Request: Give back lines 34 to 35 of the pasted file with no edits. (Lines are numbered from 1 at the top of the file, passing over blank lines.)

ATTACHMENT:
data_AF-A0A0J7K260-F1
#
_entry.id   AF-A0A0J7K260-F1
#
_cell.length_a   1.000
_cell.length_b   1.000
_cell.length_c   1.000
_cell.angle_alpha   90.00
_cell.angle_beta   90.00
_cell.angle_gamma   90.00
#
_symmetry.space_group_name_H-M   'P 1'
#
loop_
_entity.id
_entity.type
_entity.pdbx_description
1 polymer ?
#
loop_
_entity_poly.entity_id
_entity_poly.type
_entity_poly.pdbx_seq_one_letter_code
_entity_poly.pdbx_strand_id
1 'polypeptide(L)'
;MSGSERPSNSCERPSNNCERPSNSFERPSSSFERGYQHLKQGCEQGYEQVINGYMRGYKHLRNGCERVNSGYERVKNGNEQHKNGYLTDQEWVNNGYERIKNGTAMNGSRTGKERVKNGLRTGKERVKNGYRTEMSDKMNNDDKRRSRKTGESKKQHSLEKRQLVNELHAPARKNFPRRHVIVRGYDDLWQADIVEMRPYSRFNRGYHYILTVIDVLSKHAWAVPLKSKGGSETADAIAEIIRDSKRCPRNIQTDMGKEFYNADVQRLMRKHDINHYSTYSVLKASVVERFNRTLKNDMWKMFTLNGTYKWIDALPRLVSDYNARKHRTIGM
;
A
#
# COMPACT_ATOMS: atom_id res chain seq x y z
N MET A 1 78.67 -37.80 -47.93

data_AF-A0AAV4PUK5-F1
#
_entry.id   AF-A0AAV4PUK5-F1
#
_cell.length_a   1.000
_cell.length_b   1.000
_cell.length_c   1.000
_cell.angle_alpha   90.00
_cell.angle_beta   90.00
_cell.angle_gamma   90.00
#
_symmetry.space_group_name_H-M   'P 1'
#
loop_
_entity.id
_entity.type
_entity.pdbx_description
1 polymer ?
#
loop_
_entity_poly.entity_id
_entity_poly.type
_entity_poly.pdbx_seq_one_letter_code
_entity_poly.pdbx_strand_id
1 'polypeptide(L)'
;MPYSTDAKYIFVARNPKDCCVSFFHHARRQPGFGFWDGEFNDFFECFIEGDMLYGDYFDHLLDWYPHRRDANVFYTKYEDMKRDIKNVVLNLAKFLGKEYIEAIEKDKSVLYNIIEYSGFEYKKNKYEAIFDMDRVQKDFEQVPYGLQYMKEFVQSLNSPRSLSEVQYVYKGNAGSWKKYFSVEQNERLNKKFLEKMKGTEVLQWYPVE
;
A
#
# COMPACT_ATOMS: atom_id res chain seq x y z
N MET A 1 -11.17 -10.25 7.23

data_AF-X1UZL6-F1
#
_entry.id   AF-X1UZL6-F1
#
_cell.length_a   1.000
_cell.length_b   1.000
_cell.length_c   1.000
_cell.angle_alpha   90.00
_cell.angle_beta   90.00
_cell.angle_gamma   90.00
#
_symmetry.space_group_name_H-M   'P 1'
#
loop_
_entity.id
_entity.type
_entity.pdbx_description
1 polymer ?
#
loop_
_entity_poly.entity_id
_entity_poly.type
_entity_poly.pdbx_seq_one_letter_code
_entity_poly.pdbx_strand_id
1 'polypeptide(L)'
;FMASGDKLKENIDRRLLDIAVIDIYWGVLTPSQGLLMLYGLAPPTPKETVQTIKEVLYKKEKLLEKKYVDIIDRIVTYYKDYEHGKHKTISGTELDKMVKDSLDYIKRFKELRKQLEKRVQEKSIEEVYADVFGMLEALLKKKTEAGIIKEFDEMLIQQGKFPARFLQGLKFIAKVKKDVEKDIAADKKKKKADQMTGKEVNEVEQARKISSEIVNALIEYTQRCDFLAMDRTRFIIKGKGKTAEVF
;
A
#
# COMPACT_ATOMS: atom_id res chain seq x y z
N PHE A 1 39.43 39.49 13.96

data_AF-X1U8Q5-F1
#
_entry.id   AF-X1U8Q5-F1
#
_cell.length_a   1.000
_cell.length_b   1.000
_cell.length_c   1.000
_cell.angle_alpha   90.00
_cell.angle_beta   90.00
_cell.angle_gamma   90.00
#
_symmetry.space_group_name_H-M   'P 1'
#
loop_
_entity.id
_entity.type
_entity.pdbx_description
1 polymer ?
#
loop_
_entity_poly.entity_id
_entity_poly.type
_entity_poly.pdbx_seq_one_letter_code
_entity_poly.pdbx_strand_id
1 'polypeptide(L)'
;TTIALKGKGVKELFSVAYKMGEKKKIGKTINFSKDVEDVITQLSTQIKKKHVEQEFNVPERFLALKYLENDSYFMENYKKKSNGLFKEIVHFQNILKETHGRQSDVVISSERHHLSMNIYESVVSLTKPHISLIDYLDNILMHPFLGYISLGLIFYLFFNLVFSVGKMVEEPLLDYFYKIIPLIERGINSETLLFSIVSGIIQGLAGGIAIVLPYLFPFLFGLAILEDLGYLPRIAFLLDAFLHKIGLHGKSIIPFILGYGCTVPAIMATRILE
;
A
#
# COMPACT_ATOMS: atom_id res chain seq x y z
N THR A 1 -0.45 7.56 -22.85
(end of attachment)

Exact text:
_entry.id   AF-A0AAV4PUK5-F1
#